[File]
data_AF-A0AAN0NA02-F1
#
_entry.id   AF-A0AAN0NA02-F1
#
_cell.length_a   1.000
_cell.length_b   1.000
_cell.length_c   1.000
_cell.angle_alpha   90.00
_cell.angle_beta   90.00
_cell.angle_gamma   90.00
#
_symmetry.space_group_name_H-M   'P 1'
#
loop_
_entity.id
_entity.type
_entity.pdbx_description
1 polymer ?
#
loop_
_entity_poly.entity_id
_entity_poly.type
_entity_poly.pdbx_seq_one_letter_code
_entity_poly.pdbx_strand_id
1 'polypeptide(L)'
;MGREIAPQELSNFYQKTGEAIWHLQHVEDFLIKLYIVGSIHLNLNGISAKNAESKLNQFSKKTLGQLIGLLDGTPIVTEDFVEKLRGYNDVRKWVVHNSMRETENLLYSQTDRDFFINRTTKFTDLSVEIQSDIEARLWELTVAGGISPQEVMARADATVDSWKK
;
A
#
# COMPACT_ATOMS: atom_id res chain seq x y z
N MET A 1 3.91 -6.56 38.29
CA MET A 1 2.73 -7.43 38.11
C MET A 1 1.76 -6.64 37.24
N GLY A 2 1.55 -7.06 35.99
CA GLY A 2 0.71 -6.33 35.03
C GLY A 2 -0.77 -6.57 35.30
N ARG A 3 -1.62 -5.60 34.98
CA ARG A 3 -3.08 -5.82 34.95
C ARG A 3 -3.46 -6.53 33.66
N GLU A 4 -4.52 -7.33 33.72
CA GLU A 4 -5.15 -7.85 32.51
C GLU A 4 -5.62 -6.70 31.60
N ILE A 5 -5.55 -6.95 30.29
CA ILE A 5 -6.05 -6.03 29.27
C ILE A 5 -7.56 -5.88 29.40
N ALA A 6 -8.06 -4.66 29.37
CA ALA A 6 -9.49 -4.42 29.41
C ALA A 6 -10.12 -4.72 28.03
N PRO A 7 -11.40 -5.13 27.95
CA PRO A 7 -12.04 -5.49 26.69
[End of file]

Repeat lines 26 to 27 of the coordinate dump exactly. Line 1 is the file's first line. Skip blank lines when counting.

;MGREIAPQELSNFYQKTGEAIWHLQHVEDFLIKLYIVGSIHLNLNGISAKNAESKLNQFSKKTLGQLIGLLDGTPIVTEDFVEKLRGYNDVRKWVVHNSMRETENLLYSQTDRDFFINRTTKFTDLSVEIQSDIEARLWELTVAGGISPQEVMARADATVDSWKK
;